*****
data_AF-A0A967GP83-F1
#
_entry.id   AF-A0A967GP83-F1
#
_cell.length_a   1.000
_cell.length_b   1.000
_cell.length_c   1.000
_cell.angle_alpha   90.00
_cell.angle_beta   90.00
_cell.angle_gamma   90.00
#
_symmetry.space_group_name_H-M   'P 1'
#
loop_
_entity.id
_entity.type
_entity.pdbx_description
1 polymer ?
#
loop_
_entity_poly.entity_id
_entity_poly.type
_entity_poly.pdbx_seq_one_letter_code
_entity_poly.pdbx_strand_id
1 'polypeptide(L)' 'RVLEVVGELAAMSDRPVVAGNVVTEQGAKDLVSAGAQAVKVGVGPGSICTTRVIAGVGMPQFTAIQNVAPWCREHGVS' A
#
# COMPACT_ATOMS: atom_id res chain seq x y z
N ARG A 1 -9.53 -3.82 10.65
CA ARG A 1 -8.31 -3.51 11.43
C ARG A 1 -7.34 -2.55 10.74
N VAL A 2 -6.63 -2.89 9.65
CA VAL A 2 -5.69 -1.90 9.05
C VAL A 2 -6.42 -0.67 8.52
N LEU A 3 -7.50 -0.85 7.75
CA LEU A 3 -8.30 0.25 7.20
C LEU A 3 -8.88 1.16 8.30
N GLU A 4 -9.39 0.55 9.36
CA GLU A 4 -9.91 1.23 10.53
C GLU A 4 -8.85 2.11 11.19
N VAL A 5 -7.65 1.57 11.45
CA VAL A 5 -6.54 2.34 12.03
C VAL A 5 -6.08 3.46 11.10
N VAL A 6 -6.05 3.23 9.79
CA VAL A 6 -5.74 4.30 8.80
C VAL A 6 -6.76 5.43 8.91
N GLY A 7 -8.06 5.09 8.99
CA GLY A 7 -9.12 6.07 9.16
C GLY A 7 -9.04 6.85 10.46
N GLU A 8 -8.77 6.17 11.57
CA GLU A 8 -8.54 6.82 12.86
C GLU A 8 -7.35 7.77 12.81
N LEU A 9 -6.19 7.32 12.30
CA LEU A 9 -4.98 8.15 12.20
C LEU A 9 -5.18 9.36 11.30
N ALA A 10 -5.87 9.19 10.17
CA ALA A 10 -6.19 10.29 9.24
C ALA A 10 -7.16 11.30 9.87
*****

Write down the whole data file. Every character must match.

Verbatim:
data_AF-A0A967GP83-F1
#
_entry.id   AF-A0A967GP83-F1
#
_cell.length_a   1.000
_cell.length_b   1.000
_cell.length_c   1.000
_cell.angle_alpha   90.00
_cell.angle_beta   90.00
_cell.angle_gamma   90.00
#
_symmetry.space_group_name_H-M   'P 1'
#
loop_
_entity.id
_entity.type
_entity.pdbx_description
1 polymer ?
#
loop_
_entity_poly.entity_id
_entity_poly.type
_entity_poly.pdbx_seq_one_letter_code
_entity_poly.pdbx_strand_id
1 'polypeptide(L)' 'RVLEVVGELAAMSDRPVVAGNVVTEQGAKDLVSAGAQAVKVGVGPGSICTTRVIAGVGMPQFTAIQNVAPWCREHGVS' A
#
# COMPACT_ATOMS: atom_id res chain seq x y z
N ARG A 1 -9.53 -3.82 10.65
CA ARG A 1 -8.31 -3.51 11.43
C ARG A 1 -7.34 -2.55 10.74
N VAL A 2 -6.63 -2.89 9.65
CA VAL A 2 -5.69 -1.90 9.05
C VAL A 2 -6.42 -0.67 8.52
N LEU A 3 -7.50 -0.85 7.75
CA LEU A 3 -8.30 0.25 7.20
C LEU A 3 -8.88 1.16 8.30
N GLU A 4 -9.39 0.55 9.36
CA GLU A 4 -9.91 1.23 10.53
C GLU A 4 -8.85 2.11 11.19
N VAL A 5 -7.65 1.57 11.45
CA VAL A 5 -6.54 2.34 12.03
C VAL A 5 -6.08 3.46 11.10
N VAL A 6 -6.05 3.23 9.79
CA VAL A 6 -5.74 4.30 8.80
C VAL A 6 -6.76 5.43 8.91
N GLY A 7 -8.06 5.09 8.99
CA GLY A 7 -9.12 6.07 9.16
C GLY A 7 -9.04 6.85 10.46
N GLU A 8 -8.77 6.17 11.57
CA GLU A 8 -8.54 6.82 12.86
C GLU A 8 -7.35 7.77 12.81
N LEU A 9 -6.19 7.32 12.30
CA LEU A 9 -4.98 8.15 12.20
C LEU A 9 -5.18 9.36 11.30
N ALA A 10 -5.87 9.19 10.17
CA ALA A 10 -6.19 10.29 9.24
C ALA A 10 -7.16 11.30 9.87